# You see a line chart, but you get a scatterplot

How high do people live?

The scatterplot is a great chart type. I’m a fan. The concept is that you place dots in a coordinate system – and that’s so basic that you can create lots of other chart types out of the scatterplot. A few weeks ago, we made a dot plot out of a scatterplot. This week, we’re using the scatterplot

This week also marks the first week in which I’m rebuilding another chart. The original is by Bill Rankin, a historian, geographer & book author. Visit his website to browse through his many fascinating mapping and charting projects.

This chart belongs in the category “no real surprises here, but it’s fascinating to have such an overview”. It’s a simple chart, but it makes me feel a bit in awe of the power of charts and maps in general. Every single human can be found in this chart. There’s a reason why I asked Bill if I can recreate his chart in Datawrapper.

### Chart Choices

Rebuilding Bill’s chart made me think actively about every single element that he added to the chart and every decision he made. I would not have chosen pink as my text color, but hey, it works well. Here’s the original chart:

You can see that Bill used a logarithmic scale. Why did I decide to use a linear scale for the altitude? To be honest, I was torn. Bill’s log scale highlights beautifully what’s going on in the lower altitudes. Most people live on these elevation levels, so putting the focus there makes sense. Using a log scale results in enough space to label the 1-4m range and to place some annotations about buildings on the left side of the chart.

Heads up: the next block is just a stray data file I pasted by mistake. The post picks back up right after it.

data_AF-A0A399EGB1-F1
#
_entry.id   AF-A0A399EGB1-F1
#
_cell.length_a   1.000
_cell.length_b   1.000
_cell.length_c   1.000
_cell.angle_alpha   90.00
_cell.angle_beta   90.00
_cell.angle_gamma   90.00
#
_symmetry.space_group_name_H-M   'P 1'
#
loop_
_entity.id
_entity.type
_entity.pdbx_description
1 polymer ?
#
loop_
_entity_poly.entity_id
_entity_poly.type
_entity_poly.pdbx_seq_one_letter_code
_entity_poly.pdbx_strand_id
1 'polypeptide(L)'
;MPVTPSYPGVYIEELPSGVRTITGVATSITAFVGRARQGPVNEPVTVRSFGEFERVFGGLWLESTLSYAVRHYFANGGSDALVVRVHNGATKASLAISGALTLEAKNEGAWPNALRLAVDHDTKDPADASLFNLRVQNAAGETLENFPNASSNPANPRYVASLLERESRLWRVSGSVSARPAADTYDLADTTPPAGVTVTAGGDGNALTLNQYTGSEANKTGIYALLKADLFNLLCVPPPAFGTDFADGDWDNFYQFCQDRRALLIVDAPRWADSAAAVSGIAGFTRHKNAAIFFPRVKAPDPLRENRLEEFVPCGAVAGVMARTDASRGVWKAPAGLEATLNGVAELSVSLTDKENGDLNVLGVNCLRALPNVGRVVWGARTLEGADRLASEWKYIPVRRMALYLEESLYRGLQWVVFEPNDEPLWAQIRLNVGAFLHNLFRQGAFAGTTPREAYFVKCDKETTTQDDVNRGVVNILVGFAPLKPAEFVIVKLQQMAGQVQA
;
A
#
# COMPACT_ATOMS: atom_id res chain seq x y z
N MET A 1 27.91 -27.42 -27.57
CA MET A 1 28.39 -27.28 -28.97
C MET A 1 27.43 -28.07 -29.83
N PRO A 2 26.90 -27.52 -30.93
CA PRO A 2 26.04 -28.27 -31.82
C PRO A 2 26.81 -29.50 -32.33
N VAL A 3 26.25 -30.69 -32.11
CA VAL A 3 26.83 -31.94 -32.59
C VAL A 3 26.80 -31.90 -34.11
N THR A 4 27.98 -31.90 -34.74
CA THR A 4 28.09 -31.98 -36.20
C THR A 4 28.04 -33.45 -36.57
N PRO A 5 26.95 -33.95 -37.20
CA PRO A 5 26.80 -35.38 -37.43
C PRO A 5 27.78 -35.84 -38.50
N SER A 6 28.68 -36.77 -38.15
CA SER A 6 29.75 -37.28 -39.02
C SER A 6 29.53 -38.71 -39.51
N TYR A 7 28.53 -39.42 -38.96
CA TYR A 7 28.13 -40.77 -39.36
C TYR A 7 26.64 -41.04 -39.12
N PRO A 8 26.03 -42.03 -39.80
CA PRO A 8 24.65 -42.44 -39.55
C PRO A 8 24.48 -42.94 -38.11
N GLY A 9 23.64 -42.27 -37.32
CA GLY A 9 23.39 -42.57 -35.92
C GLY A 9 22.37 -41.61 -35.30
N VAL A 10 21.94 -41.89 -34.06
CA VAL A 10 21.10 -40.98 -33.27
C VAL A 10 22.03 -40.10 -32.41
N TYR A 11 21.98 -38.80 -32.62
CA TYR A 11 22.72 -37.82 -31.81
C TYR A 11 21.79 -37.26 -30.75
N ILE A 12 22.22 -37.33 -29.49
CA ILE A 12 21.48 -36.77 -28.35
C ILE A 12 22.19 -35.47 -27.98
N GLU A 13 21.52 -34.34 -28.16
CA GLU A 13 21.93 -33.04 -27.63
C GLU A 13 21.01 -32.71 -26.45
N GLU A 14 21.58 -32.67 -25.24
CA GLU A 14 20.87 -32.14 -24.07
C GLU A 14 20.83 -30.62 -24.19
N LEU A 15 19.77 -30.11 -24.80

But log scales are never intuitive. It’s hard for readers to understand how the data “really” looks like. That actually, yes, we have a typical long tail, and a lot of people live on low altitudes while only ca. 13% of the world population lives on altitudes over 1000m.

So when choosing a log scale instead of a linear scale, we’re trading “seeing the important parts of the chart better” for “seeing the overall picture” – at least in this case. Once again we see that creating charts is about priorities, goals and (in the best case) very conscious decisions.

Edit 03/08/2018: Francis Gagnon had an interesting take on this chart: “To me, the order of the axis is not intuitive. I see a quick climb at the end, suggesting to my eye that a lot of people appear at high altitudes – but it’s the opposite! So I inverted the axis.” Find his chart here.

Next week, we’ll focus a bit more on these log scales. What do they show exactly? We’ll find out.